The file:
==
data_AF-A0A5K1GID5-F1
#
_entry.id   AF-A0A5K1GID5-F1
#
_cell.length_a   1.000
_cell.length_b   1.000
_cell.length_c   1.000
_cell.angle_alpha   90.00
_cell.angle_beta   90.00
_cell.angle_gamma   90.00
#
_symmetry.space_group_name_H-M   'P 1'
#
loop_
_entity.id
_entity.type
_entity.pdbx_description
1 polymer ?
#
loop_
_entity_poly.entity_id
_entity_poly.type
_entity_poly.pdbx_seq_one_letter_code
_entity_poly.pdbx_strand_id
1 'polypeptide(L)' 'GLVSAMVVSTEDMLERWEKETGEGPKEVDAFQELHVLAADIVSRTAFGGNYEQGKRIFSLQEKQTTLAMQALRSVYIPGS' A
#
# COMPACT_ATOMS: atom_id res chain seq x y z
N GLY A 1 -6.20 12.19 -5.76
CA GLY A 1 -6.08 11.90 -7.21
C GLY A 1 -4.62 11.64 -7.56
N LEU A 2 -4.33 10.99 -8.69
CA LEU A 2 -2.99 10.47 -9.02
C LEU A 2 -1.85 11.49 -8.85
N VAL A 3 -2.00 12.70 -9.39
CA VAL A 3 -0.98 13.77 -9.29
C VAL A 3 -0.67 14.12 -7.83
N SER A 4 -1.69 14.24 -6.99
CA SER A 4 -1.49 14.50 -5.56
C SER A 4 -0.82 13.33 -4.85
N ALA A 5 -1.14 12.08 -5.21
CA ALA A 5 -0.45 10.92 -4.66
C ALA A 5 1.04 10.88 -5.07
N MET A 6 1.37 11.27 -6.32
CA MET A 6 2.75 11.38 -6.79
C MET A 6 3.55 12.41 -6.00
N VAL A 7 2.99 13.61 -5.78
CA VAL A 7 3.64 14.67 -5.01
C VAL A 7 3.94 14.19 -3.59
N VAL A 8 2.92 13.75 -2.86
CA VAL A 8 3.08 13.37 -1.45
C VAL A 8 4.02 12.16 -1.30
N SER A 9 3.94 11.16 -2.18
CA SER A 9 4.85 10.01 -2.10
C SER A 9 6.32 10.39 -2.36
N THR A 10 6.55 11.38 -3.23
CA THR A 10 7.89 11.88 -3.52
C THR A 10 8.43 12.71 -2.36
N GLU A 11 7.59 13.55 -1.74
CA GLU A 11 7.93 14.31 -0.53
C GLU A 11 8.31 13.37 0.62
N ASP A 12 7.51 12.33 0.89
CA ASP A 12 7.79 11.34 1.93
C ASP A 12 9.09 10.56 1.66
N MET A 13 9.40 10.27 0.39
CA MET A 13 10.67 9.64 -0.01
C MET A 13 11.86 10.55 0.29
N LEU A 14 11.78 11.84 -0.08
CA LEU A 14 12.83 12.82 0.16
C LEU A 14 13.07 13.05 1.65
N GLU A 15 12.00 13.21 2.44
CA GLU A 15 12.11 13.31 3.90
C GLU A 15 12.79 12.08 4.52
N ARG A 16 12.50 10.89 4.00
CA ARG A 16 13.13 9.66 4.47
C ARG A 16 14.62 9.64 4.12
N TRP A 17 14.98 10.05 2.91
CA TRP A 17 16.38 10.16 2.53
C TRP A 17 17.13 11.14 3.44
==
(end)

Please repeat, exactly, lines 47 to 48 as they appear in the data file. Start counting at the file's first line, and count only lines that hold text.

CA VAL A 7 3.64 14.67 -5.01
C VAL A 7 3.94 14.19 -3.59